If Gregoire eventually plans to raise taxes or impose new ones—and it would appear that all this hemming and hawing is leading to a declaration of the need for more revenue—the good news on unemployment would have been a great moment to broach the subject. That day, however, there was silence from the governor—not even a press release.
Part of her problem is that she lacks natural communication skills. In addition, Gregoire has not yet hired a communications director or permanent communications staff. Her communications shop is made up of three public information officers borrowed from other executive departments and one holdover from the Locke administration who doesn't know if she will be kept on or not.
Under such circumstances Gregoire is not likely to develop her own message anytime soon, so she should just steal one. Here's one available from her political campaign consultant, Christian Sinderman, who is working with the House Democratic Caucus on the very problem of message development: "We must provide essential services while not putting the economic recovery at risk." If every time Gregoire was asked about the budget she just repeated a little phrase like that, reporters would hate it but the public would get the message.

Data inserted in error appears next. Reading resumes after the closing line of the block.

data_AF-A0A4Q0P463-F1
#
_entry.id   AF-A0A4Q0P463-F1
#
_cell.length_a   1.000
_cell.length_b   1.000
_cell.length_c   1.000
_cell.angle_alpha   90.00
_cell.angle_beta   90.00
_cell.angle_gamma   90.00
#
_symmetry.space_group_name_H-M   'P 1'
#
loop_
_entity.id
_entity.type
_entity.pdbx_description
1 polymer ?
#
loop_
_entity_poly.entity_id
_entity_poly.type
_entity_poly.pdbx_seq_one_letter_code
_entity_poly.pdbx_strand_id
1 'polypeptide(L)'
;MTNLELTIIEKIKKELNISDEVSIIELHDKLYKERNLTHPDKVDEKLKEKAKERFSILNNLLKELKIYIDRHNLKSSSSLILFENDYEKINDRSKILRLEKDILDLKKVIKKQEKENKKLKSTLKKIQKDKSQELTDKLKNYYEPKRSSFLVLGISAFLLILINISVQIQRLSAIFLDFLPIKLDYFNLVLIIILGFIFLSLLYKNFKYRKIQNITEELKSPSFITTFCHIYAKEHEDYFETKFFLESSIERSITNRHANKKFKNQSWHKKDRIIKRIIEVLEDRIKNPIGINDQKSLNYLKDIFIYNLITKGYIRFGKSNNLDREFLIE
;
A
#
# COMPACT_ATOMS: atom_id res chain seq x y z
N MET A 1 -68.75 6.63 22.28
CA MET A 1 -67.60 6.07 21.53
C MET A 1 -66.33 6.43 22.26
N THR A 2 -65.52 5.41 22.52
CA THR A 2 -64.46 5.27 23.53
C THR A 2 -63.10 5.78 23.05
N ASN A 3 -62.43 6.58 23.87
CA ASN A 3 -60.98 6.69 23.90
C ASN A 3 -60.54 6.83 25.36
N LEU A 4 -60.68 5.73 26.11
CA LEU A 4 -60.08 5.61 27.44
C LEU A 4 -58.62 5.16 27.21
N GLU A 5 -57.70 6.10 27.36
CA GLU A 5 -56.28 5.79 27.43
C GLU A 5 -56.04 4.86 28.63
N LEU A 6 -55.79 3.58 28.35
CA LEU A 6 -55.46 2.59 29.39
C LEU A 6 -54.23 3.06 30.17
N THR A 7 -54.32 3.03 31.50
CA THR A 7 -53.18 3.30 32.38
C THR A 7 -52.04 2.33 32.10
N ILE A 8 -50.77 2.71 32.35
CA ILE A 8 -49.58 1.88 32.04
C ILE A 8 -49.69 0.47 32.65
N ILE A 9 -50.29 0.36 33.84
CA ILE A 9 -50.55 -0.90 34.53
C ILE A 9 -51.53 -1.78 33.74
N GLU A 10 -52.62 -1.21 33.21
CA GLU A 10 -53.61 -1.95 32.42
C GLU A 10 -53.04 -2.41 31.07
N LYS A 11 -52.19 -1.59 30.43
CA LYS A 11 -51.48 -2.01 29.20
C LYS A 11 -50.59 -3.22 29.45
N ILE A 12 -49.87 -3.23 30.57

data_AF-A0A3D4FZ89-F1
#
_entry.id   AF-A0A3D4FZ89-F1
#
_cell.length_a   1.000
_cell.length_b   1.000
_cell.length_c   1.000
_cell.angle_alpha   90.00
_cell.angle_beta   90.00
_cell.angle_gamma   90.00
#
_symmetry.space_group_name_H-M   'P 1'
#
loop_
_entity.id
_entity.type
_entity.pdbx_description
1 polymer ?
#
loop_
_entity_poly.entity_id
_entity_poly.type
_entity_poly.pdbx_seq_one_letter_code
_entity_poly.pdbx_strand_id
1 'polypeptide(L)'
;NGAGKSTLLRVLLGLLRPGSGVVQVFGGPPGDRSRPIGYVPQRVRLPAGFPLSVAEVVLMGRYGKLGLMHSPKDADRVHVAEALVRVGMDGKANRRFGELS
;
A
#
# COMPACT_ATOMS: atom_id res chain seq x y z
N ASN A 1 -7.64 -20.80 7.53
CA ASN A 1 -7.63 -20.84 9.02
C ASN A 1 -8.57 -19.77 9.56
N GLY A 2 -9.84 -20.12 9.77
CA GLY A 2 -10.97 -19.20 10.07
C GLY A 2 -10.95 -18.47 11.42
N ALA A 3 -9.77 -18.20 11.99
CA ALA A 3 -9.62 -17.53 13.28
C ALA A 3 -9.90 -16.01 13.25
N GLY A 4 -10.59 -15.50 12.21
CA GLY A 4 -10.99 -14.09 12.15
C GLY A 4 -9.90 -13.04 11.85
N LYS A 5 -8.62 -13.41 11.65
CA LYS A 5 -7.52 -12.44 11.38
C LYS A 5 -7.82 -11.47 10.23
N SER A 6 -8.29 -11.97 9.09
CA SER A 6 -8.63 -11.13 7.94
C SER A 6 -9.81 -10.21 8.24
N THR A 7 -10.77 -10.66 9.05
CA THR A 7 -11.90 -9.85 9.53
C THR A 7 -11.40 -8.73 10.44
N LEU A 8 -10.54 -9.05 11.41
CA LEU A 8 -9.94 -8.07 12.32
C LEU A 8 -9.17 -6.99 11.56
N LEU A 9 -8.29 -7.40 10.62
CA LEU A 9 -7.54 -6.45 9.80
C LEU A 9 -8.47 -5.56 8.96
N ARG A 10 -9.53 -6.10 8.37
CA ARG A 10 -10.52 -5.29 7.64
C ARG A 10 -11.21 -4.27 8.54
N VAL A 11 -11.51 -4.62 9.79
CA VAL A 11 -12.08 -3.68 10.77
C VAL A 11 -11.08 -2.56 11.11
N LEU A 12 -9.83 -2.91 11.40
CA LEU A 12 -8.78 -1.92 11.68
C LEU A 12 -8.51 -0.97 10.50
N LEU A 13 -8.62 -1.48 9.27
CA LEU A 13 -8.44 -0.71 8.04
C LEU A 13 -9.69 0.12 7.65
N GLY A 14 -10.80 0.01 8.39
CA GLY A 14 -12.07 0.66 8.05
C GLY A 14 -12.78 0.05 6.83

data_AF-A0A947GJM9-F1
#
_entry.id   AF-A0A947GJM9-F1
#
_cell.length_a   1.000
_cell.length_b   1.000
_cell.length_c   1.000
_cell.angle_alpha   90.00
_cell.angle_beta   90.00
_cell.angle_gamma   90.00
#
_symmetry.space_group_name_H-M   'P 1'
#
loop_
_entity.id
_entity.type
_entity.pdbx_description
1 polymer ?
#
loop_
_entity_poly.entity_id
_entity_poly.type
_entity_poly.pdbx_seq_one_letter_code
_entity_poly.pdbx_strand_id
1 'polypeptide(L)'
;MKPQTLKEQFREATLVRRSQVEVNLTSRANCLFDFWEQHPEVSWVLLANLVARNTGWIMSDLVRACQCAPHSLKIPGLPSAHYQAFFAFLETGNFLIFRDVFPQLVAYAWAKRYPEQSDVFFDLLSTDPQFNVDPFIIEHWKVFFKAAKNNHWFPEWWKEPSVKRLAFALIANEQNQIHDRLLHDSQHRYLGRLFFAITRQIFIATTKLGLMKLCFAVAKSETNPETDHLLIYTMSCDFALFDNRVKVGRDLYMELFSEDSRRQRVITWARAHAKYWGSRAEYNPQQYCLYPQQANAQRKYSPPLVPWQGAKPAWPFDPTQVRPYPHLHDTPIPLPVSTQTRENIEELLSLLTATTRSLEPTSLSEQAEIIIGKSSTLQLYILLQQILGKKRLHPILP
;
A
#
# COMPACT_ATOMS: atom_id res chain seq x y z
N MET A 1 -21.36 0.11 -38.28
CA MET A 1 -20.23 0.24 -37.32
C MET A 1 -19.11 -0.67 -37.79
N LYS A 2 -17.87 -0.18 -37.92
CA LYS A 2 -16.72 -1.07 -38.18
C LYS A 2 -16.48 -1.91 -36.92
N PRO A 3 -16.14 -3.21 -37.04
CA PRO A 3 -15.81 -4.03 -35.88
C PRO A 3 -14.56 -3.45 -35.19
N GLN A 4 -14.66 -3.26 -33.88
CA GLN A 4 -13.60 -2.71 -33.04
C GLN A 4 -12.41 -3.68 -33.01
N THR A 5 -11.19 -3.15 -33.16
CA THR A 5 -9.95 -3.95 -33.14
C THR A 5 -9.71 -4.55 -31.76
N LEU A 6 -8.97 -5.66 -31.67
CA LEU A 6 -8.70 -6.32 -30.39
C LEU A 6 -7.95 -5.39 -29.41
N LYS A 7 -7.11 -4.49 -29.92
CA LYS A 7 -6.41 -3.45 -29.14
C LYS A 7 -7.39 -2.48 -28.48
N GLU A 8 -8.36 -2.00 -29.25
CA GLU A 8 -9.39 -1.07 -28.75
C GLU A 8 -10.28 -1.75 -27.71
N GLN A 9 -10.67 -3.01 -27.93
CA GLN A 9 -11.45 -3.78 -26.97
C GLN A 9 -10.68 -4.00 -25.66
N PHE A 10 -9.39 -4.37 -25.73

It is the kind of salesmanship that Dino Rossi, Gregoire's Republican opponent in the gubernatorial election, is so good at. Rossi had a clear tax message during the campaign and the recounts: I won't raise taxes because it will kill the economic recovery.
Depending on the outcome of Rossi's election challenge before a judge in Wenatchee, Gregoire might face another election against the brilliant salesman in November. That makes it all the more urgent that she figure out, before then, how to talk to the public about taxes.